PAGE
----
In her affidavit, the plaintiff has stated that the date on which she first received notice of her revaluations was July 1, 2003. The year must be in error because the revaluation was generated from the October 1, 2003 and not the October 1, 2002 grand list. The defendants, in their memorandum of law in support of the motion to dismiss, neither concede nor refute the fact that the plaintiff did not receive notice of the revaluation until July 1, 2004. The defendants, however, submitted on September 17, 2004, an affidavit from the assessor in which he attests that at his direction, the "revaluation company mailed notice[s] of increase to all property owners located in the city of Norwich . . . [and] [n]o mail to the plaintiff was returned to [his] office." "Ordinarily if a letter is mailed to the correct address with the correct postage it is presumed that it was received." Pitts v. Hartford Life Annuity Ins. Co., 66 Conn. 376, 384, 34 A. 95 (1895). Such a presumption, however, can be rebutted by substantial countervailing evidence that it was in fact not received. C. Tait J. LaPlante, Connecticut Evidence (2d Ed. 1988) § 5.2.2.

Notwithstanding the plaintiff's direct action under § 12-119 in counts two and four for the two properties respectively, she argues that pursuant to § 12-117a, counts one and three should not be dismissed because: (1) the purpose of the two statutes, §§ 12-117a and 12-119, is distinct and different and (2) she never received notice of the new assessment to timely file an appeal to the board of assessment appeals. Sections 12-117a "and 12-119 differ in purpose. The first is an avenue providing for a review of the amount of the assessment made on taxable property, whereas the second contests the taxability of the property." Woodbury v. Pepe, 6 Conn.App. 330, 333, 505 A.2d 723 (1986), affd. sub nom. Einbinder v. Board of Tax Review, 217 Conn. 240, 584 A.2d 1188 (1991). To bring a case under § 12-119, the complaint "must contain allegations beyond the mere claim that the assessor overvalued the property. [The] plaintiff . . . must satisfy the trier that [a] far more exacting test has been met: either there was misfeasance or nonfeasance by the taxing authorities, or the assessment was arbitrary or so excessive or discriminatory as in itself to show a disregard of duty on their part . . . Only if the plaintiff is able to meet this exacting test by establishing that the action of the assessors would result in illegality can the plaintiff prevail in an action under § 12-119. The focus of § 12-119 is whether the assessment is illegal . . ." (Internal quotation marks omitted.) Reardon v. Stonington, Superior Court, judicial district of New London, Docket No. 567065 (October 28, 2004, Hurley, J.T.R.) (38 Conn. L. Rptr 165, 166). Since the plaintiff in counts one and three is challenging the excessiveness and not the illegality of the valuation, her remedy exists under § 12-117a. The Connecticut Supreme Court has "recognized an exception to the exhaustion requirement where recourse to the administrative process is futile or provides an inadequate remedy . . . An administrative remedy is futile or inadequate if the agency lacks authority to grant the requested relief." (Citations omitted.) Payne v. Fairfield Hills Hospital, 215 Conn. 675, 680 n. 3, 578 A.2d 1025 (1990); see also Derham v. Brown, Superior Court, judicial district of Hartford, Docket No. CV 99 0594305 (July 19, 2001, Peck, J.) ( 30 Conn. L. Rptr. 155) ("a party . . . may not, instead of appealing, bring an independent action to test the very issue which the appeal was desired to test").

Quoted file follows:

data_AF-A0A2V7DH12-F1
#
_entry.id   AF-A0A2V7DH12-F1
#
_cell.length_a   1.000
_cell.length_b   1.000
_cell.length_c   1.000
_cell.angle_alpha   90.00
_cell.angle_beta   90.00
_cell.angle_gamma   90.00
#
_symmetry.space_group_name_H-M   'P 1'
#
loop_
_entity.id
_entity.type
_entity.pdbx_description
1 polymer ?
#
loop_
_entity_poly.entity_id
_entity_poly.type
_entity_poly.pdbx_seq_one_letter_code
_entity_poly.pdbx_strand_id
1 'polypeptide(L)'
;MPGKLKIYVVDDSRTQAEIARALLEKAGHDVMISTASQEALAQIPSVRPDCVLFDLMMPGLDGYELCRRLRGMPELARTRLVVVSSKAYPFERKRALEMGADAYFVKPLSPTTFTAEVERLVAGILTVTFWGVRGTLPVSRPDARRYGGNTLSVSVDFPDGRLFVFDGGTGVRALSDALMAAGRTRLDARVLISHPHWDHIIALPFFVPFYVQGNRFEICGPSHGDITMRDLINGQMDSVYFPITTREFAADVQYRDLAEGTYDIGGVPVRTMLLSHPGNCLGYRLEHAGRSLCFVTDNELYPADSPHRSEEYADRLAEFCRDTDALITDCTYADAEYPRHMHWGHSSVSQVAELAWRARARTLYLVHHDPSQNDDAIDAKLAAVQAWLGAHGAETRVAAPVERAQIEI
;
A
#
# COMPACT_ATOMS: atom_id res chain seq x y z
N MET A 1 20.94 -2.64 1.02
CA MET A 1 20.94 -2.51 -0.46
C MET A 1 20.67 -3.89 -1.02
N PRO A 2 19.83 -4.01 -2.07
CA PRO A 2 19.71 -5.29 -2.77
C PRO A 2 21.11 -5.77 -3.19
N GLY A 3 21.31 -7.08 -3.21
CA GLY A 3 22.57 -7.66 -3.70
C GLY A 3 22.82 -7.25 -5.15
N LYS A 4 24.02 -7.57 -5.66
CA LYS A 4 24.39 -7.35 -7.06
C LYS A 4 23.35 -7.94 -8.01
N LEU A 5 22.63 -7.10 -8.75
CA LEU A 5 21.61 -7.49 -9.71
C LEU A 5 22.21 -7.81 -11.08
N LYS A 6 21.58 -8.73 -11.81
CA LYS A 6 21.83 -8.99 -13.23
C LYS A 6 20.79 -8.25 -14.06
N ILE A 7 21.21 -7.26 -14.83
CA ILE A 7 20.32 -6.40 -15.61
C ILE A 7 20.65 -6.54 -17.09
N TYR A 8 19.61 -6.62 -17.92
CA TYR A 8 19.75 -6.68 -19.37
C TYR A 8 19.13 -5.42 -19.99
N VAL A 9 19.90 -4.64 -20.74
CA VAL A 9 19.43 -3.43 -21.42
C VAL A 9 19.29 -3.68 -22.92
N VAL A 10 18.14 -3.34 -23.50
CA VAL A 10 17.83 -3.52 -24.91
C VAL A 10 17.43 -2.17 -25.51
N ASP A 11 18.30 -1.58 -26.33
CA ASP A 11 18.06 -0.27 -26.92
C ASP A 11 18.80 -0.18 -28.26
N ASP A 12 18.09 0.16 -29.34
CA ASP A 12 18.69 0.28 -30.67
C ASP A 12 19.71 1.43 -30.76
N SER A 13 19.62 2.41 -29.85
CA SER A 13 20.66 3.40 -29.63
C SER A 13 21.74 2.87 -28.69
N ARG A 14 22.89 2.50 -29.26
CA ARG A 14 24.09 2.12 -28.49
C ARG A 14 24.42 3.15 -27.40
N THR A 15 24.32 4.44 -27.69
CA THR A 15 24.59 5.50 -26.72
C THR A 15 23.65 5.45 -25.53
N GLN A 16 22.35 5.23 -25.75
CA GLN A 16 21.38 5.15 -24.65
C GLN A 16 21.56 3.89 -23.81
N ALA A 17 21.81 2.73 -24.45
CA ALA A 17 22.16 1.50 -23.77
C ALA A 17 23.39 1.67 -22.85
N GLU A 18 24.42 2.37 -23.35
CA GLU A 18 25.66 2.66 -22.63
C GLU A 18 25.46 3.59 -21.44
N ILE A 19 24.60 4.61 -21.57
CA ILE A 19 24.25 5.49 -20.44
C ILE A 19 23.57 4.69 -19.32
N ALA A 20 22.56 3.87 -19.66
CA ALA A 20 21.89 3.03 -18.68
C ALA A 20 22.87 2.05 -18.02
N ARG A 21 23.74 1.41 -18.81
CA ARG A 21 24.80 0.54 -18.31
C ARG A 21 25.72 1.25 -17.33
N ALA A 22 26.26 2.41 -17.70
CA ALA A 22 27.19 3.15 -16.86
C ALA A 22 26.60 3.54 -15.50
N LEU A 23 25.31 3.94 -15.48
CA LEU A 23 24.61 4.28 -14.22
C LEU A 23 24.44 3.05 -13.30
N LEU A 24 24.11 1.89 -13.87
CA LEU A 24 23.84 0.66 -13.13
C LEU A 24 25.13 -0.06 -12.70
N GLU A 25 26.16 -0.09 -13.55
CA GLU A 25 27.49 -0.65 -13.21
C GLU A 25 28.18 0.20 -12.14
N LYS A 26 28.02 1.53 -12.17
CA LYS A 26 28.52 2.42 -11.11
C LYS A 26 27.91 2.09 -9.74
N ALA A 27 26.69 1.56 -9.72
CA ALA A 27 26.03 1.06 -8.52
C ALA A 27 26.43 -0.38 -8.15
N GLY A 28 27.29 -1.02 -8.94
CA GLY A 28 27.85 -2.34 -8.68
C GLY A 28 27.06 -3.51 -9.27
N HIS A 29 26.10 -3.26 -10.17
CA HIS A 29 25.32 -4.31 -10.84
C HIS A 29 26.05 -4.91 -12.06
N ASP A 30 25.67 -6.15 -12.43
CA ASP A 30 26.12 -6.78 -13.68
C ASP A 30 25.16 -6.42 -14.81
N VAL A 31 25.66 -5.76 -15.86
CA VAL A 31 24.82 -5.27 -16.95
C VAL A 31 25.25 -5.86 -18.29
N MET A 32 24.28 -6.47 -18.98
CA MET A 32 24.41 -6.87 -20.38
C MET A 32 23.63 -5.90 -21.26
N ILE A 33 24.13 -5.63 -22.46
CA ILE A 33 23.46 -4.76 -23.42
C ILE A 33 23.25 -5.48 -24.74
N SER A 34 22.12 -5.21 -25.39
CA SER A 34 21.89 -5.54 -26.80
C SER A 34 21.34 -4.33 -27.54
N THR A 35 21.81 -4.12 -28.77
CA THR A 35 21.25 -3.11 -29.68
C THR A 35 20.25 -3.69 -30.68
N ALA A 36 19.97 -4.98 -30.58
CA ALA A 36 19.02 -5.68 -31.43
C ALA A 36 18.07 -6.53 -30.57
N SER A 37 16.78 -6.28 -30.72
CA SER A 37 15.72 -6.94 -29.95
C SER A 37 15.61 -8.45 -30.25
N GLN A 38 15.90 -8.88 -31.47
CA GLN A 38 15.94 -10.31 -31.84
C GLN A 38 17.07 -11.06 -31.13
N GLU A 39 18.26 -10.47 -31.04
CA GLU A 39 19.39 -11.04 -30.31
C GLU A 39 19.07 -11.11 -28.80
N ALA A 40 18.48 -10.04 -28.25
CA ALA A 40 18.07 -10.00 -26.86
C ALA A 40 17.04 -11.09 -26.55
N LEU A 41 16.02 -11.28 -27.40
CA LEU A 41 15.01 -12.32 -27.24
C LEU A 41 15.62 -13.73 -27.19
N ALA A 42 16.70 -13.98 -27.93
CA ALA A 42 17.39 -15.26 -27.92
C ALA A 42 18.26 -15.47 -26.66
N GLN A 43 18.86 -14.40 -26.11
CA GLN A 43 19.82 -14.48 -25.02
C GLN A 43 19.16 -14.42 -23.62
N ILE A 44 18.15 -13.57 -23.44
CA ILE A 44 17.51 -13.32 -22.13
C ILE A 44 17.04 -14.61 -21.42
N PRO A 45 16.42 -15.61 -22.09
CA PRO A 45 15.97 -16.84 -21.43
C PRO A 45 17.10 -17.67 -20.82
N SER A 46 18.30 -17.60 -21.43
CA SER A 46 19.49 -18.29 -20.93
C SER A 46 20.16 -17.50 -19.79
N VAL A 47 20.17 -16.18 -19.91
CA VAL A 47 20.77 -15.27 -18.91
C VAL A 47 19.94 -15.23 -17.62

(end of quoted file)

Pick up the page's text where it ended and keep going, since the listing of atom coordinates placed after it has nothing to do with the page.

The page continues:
Also, no provisions exist in the statutory scheme for bringing an appeal to the board of assessment appeals in which a city or town fails to provide proper notice to the taxpayer of the assessment or revaluation of properties. Instead, § 12-111 requires that following notification of an assessment or revaluation by the city assessor, the taxpayer must appeal to the board of assessment appeals within a specific time frame or by February 20, following notification of the assessment value. See General Statutes § 12-111.

The legislative history behind § 12-111 was reviewed in Trap Falls Realty Holding Ltd., Partnership v. Board of Tax Review, 29 Conn.App. 97, 612 A.2d 814, cert. denied, 224 Conn. 911, 617 A.2d 170 (1992). The legislative debate focused on time limits provided for in § 12-111, as amended in 1963, "to include the requirement that a board of tax review report its determination in writing within one week of its [decision.]" Id., 102. "[A] sponsor of the bill . . . stressed his concern for a notification provision that would avoid a situation where the time for appeal to the court would have elapsed before the taxpayer would have been aware of the disposition of his case . . . The concern of the entire debate was clearly that taxpayers get sufficient written notice of a board's decision in a timely fashion. The consequences of an untimely or delayed notice are obvious . . . a taxpayer might be denied the opportunity to appeal the board's decision in a number of situations in which the taxpayer is faultless." (Internal quotation marks omitted.) Id., 102-03. The Trap Falls court agreed with the plaintiff that § 12-111 does "not impose on an aggrieved property owner any inquiry requirement" about the board's decision; id., 100; and that the person specified to receive notice of the decision must receive either "actual or constructive notice" of that determination. Id., 103-04. The Appellate Court further stated that without proper notice, "the well established precept of a meaningful right to appeal" would be defeated. Id., 103. "[T]he right of appeal, if it is to have any value, must necessarily contemplate that the person who is to exercise the right be given the opportunity of knowing that there is a decision to appeal from and of forming an opinion as to whether that decision presents an appealable issue." (Internal quotation marks omitted.) Id.